So tomorrow is the first day of spring, and MSPP is closed for a snow day! Don’t you just love New England weather? Well, since I have a lot of work to catch up on, I definitely appreciate the day off from classes. It’s also really nice to take a day to reflect on your life.
I know I haven’t written in about two weeks, and I apologize. Allow me to fill you in on what has been going on in my life.
I have been really overwhelmed with my part-time job and school work, and was facing a small identity crisis. I was facing some fairly serious mental health issues the last few months, and I had decided to take a leave of absence from MSPP next year. I told my advisor of my decision, withdrew my applications from practicum sites, and had begun making plans for my year off. This decision was in no way a reflection of the school or the program, but rather my own mental and physical health needs at the time. I didn’t want to say anything on the blog, because here I am supposed to be promoting the school, and didn’t want anyone to question why I was leaving.
Well, I have done a lot of soul-searching since January, and reached out to my class deans, my advisor, my professors, my practicum site supervisors, my peers, and my family and friends. They gave me such an overwhelming level of support, and I felt so safe and comforted. Last week, I was sitting in class, and I had an epiphany. I DO NOT WANT TO TAKE A LEAVE OF ABSENCE. I am really loving what I am learning. My classes are fascinating, my professors are passionate and engaging, and I have found a family in my cohort. I realized last week that my mental and physical health problems had gotten the best of me, and were going to cause me to take drastic measures toward a path I did not actually want.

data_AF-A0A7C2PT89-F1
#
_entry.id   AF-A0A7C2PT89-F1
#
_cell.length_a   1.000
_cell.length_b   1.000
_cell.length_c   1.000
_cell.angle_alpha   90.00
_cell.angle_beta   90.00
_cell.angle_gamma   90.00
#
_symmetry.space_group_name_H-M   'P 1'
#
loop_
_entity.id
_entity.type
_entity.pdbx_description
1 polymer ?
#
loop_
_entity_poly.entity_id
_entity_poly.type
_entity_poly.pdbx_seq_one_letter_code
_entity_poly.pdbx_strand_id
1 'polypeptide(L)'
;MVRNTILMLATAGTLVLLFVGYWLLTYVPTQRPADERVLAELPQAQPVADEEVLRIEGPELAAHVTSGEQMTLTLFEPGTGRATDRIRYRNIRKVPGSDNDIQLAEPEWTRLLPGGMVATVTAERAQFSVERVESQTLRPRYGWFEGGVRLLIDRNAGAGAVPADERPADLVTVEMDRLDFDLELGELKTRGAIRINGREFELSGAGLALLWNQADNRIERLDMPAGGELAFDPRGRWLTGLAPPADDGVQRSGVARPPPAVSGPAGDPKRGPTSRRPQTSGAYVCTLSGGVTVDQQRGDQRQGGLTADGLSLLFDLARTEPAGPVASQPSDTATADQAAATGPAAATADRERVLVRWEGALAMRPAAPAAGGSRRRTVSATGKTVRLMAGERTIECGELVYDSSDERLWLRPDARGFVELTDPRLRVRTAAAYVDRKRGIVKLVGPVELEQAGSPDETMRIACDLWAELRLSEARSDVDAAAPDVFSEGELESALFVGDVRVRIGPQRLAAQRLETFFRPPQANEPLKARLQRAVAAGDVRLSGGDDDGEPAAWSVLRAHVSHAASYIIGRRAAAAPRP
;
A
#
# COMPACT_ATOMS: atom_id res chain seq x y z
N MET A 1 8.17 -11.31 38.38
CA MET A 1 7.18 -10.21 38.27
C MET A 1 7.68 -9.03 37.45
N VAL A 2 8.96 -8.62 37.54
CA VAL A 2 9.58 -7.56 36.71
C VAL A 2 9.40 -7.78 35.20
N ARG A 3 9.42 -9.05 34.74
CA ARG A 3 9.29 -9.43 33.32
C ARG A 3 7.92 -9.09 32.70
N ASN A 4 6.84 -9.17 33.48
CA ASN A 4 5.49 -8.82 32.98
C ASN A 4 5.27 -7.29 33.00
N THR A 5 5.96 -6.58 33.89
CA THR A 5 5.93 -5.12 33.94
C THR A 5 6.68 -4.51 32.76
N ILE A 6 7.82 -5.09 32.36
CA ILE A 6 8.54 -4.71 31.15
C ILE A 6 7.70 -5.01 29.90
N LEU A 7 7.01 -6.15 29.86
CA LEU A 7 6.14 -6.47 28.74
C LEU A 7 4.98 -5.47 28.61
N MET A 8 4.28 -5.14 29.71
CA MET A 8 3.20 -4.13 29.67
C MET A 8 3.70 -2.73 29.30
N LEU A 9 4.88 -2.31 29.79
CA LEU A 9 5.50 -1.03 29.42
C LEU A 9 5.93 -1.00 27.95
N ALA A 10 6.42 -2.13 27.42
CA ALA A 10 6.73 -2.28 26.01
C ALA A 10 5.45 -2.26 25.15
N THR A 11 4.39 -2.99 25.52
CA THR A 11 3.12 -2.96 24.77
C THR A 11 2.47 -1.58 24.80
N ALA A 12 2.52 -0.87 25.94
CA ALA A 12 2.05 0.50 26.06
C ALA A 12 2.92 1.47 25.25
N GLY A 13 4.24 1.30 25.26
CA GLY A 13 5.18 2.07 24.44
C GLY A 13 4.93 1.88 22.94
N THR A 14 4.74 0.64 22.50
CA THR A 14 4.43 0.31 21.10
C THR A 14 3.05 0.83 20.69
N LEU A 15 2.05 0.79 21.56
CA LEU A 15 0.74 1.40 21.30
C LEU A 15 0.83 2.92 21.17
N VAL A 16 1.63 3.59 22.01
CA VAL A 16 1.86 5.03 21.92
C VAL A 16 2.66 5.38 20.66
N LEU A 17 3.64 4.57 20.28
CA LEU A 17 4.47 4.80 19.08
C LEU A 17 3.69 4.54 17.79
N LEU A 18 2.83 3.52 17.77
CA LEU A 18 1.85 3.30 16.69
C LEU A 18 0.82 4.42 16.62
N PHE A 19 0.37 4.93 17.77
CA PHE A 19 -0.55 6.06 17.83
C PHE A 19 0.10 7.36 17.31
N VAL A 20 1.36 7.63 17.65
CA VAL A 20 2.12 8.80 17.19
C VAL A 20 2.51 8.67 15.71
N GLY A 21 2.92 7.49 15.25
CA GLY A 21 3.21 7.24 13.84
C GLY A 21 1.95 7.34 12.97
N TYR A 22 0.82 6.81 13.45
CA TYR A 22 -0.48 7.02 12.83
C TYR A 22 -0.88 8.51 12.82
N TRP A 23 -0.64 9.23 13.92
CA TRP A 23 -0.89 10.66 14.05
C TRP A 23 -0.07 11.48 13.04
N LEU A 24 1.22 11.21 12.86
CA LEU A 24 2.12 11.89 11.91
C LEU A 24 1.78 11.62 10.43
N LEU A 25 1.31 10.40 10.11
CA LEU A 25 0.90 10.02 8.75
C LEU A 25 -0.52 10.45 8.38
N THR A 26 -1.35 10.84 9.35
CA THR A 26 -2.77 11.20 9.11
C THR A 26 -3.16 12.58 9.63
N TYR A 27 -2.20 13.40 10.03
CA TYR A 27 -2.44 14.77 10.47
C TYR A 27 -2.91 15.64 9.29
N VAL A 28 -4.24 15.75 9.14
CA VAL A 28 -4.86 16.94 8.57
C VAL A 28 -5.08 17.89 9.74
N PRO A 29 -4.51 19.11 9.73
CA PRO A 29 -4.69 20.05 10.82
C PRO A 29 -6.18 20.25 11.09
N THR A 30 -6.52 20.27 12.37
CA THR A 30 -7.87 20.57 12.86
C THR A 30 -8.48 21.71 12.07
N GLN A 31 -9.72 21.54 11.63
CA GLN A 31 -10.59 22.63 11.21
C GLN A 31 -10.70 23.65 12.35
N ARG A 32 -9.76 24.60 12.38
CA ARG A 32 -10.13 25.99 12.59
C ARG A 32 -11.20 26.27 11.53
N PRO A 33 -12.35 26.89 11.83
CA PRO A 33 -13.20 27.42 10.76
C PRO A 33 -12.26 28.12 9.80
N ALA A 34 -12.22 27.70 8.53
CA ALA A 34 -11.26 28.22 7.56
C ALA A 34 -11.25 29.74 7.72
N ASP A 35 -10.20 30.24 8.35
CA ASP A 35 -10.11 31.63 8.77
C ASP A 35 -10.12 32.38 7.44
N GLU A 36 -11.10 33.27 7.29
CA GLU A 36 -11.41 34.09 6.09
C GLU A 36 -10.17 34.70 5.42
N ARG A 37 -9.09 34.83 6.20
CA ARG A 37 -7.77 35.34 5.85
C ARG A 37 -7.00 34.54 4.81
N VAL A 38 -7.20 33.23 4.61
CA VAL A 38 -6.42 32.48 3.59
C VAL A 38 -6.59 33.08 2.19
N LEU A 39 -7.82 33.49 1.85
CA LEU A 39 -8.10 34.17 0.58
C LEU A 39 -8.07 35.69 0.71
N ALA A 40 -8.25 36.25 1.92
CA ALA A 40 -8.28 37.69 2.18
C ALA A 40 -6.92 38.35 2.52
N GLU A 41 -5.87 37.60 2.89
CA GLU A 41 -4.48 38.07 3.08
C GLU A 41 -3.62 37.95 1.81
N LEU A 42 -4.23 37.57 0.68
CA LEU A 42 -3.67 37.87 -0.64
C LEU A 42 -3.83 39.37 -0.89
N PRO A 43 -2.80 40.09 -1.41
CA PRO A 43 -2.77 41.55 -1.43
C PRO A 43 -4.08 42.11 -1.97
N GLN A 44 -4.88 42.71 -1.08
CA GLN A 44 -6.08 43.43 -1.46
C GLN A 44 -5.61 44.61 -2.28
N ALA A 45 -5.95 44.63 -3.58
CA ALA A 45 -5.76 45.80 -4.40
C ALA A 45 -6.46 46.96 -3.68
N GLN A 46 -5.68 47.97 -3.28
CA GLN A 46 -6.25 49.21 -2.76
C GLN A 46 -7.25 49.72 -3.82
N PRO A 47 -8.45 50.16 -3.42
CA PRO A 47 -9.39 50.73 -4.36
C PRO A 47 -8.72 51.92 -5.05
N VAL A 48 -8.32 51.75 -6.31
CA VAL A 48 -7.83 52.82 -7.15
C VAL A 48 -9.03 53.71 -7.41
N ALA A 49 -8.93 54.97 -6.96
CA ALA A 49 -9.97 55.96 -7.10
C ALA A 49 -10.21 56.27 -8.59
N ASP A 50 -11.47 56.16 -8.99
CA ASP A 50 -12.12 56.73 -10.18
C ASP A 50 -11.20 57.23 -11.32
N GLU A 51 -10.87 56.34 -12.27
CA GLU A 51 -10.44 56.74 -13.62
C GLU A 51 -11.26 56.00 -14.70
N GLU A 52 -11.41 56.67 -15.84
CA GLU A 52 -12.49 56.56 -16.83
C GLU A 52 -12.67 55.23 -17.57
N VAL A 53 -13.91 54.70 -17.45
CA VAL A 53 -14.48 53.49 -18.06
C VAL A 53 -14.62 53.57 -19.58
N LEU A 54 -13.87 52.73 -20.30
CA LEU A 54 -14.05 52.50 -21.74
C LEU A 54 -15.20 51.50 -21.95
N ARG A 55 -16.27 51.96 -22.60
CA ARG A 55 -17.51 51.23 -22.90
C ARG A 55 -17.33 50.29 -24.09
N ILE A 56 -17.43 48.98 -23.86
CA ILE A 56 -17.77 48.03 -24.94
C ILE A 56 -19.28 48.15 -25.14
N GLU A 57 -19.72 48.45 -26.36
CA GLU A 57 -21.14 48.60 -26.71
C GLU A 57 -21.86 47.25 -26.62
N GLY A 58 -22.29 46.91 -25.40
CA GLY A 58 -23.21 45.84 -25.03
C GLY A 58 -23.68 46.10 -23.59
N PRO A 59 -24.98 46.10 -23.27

I’m sure you are wondering, dear reader, why I am sharing this with you. I wanted to write about this because I think it is important to share our stories. We expect our clients to be honest about their mental health issues and shortcomings, and therefore, we owe it to them and to us to be honest with ourselves. It is important to know that depression can strike anyone at any time, and to think that we are immune to it because we are on the providing end is foolish. In fact, I think having experienced the intensity of mental illness ourselves makes us better clinicians. We know what our clients are going through, and we can better understand the actions they take as a result.
The MSPP community supported me and my decisions throughout the entire process. Everyone had my health and my best interests at heart, and it is so comforting to know how cared for I am here. I am pleased to say that I no longer intend to take a leave of absence, and am excited to see what my future holds as I continue the next three years toward my PsyD.